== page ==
--Jake Tapper, White House Correspondent for ABC News
The Conservative Party was founded as a response to the liberal Republicanism of Gov. Nelson Rockefeller. Now, ironically, it's providing a ballot line refuge to Rick Lazio, a pro-choice candidate rejected by Republicans for not being conservative enough. To keep its ballot line, the party must receive at least 50,000 votes for governor on Election Day.
Rick Lazio was a tough sell among New York Democrats, who never forgot his menacing approach to Hillary Clinton ten years ago in their debate for U.S. Senate. But just like Carl Paladino became a blank slate for Tea Partiers and Republicans who were frustrated with the establishment, so too can he become a palimpest for Democrats looking for an alternative to Cuomo, who wrapped up the nomination with virtually no discussion.
Pedro Espada urged voters to "Defend What's Ours" in palm cards distributed on Election Day. Instead they kicked him out of office, by a wide margin.
-New York Times columnist Gail Collins on The Leonard Lopate Show.
-Nate Silver, blogger for the New York Times' Five Thirty Eight blog
WNYC partner Pop + Politics just got back from a road trip to Florida, where host Farai Chideya met up with Rep. Kendrick Meek. He's gunning for the open Senate seat in Florida, in the three-way race with Republican Marco Rubio and Florida Governor Charlie Crist, who's running as an Independent. Meek currently represents Florida's 17th District, which includes North Miami and Miami Beach. When P+P caught up with him, he'd just returned from a fundraising event with former President Bill Clinton, one of his long-time supporters.
Hiram Monserrate, the infamous former member of the New York State Senate who was recently convicted of domestic assault and kicked out office, lost his bid for election in the State Assembly to newcomer Francisco Moya.
In his win over Rick Lazio, Republican gubernatorial nominee Carl Paladino seems to have ridden voter anger and tapped into their distrust of anything associated with the professional political establishment.
In a surprise upset, Gustavo Rivera, a college professor and Democratic activist defeated State Senate Majority Leader Pedro Espada in the Bronx.
Incumbent Congressman Charlie Rangel has won the Democratic nomination for his seat in New York's 15th district. Despite recent controversy, he'll get a chance to be reelected to the post he's held since 1993, and he says that's not just a good thing for his constituents -- it's good for the president, too.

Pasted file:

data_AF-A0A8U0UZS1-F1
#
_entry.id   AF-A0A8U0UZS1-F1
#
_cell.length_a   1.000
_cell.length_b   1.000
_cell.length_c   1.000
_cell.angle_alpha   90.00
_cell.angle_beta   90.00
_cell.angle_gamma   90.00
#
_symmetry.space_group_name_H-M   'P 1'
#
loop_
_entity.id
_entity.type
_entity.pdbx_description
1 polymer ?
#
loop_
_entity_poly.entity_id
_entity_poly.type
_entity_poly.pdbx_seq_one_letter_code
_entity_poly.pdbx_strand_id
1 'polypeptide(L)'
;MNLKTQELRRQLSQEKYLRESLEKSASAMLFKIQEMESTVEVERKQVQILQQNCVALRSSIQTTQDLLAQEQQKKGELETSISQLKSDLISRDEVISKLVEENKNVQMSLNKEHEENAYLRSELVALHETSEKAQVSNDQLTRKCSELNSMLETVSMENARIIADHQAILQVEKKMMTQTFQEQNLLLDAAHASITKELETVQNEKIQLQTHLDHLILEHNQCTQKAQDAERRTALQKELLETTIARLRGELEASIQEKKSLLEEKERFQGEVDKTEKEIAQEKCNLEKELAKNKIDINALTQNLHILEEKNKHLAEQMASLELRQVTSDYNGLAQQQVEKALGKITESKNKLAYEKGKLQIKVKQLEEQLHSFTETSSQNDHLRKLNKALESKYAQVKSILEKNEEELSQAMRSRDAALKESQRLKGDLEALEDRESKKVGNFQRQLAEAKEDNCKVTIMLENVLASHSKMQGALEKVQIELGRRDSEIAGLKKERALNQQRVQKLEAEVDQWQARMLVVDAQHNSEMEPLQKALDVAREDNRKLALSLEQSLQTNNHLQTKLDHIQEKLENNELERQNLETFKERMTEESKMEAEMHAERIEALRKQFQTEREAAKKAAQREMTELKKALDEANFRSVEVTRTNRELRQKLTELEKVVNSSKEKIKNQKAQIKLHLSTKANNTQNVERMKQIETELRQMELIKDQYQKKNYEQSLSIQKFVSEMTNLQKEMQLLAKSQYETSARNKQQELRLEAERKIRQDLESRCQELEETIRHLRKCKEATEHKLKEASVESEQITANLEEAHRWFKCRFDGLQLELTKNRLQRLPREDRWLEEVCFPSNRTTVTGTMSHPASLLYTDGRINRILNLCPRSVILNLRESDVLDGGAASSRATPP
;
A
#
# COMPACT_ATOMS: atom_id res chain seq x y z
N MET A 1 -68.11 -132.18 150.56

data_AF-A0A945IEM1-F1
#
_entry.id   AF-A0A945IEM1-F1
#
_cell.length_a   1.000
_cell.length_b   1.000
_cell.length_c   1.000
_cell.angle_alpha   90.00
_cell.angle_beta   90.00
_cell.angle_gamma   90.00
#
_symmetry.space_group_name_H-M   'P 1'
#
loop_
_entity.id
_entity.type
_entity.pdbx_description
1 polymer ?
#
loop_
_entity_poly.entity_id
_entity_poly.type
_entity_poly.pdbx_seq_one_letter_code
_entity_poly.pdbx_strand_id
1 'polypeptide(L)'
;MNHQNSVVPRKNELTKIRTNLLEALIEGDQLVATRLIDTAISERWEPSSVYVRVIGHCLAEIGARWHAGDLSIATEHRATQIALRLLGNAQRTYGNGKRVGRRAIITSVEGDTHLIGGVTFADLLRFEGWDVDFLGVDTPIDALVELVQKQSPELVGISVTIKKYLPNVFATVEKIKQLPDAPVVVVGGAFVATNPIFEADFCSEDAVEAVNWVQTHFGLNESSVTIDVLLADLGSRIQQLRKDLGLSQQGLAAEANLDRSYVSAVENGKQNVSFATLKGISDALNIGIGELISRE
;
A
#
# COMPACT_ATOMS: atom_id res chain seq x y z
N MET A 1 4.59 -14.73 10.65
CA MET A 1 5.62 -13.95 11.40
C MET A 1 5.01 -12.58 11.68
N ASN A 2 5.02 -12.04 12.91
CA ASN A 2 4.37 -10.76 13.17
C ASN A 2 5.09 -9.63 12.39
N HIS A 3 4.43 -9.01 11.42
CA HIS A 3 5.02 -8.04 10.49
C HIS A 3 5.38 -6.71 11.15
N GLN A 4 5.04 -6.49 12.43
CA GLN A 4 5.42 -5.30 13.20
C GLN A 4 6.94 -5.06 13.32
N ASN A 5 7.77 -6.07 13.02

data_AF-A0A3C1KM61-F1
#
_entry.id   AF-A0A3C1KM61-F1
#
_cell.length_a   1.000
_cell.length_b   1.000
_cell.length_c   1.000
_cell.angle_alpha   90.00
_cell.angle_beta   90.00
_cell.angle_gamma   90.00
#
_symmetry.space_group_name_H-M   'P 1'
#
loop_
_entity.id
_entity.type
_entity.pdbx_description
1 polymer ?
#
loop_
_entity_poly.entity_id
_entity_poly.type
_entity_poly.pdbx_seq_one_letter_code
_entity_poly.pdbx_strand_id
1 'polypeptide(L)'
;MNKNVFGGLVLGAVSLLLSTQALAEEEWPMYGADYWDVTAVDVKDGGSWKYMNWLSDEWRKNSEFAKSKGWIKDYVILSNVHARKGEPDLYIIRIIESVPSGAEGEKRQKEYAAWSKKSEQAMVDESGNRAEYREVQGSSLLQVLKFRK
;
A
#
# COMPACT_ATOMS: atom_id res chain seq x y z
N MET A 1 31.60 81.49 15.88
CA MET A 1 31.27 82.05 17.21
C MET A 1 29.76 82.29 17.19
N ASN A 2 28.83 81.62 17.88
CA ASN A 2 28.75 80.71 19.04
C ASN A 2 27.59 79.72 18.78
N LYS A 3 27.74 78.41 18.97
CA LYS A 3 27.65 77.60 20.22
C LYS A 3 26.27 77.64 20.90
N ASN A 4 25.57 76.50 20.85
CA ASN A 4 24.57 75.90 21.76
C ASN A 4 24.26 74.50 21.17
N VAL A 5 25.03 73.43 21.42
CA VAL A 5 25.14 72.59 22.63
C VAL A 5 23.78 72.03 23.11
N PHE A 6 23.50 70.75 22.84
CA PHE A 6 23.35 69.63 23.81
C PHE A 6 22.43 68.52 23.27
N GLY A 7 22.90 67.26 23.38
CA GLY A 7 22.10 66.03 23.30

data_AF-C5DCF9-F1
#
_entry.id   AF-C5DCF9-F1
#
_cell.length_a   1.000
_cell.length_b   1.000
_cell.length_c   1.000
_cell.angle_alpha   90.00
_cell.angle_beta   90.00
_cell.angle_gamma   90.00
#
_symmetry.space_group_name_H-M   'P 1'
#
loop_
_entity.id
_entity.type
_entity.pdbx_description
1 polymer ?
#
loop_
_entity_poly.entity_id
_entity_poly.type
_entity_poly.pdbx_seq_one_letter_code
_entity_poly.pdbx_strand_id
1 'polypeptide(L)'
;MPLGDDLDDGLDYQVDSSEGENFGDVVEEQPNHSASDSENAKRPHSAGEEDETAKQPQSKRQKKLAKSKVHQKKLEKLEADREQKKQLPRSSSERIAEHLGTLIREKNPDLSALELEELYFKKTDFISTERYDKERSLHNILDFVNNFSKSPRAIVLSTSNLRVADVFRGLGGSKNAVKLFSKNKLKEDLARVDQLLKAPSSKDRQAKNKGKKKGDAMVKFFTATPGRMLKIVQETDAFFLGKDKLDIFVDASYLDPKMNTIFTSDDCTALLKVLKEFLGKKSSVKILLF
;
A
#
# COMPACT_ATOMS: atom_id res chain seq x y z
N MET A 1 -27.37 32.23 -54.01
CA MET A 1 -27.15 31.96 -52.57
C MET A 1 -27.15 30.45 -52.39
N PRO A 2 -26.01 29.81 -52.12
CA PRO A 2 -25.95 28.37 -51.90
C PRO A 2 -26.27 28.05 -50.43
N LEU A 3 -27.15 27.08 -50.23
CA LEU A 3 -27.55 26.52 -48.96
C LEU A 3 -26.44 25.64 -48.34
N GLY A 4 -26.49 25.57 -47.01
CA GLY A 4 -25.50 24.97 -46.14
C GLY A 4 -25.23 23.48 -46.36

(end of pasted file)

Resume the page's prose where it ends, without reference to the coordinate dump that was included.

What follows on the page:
On this primary election day, fraught with low voter turn out and the added challenge of the new paper ballot, New Yorkers took to the polls. Below are the latest results:
At P.S. 33 in the Bronx WNYC's Beth Fertig found reports of voter intimidation in the race to re-elect Bronx State Sen. Majority Leader Pedro Espada Jr.
The candidate for the republican gubernatorial nomination was still campaigning as some of his supporters began to trickle in and the sound system played a motivational mix of Eye of the Tiger, the theme from Rocky and Van Halen's "Dreams".
New York’s “Little Pakistan” was mostly ignored by the candidates and is largely unaware of the primary election happening today. A report from Feet in 2 Worlds.
Michael Bloomberg, the mayor of New York City who bills himself as a non-partisan technocrat, unloaded some harsh criticisms on the New York City Board of Elections today after reports surfaced of problems at polling locations across the five boroughs. Calling the situation a "royal screw-up," the mayor said his office has received "disturbing" reports about polling places opening two to four hours late this morning, forcing some voters to leave without casting their ballots. He said he has also heard about broken or missing scanners and unhelpful poll workers.
The city spent more than $77 million to buy thousands of new voting machines that now replace the lever machines New Yorkers have used for about 80 years.
The city's first primary day with the new paper ballot system has been bumpy, to say the least. Problems have been reported throughout the five boroughs, and Mayor Bloomberg himself called it a “royal screw-up.” A lot of the problems had to do with the new voting machines that use optical scanning instead of levers to count votes. Some listeners told WNYC that their experience went smoothly, but far more said they had trouble reading the small print, there wasn't enough privacy, the ballot design was confusing, scanners were broken, and, the blooper we feel takes the cake: a few polling stations were even missing ballots.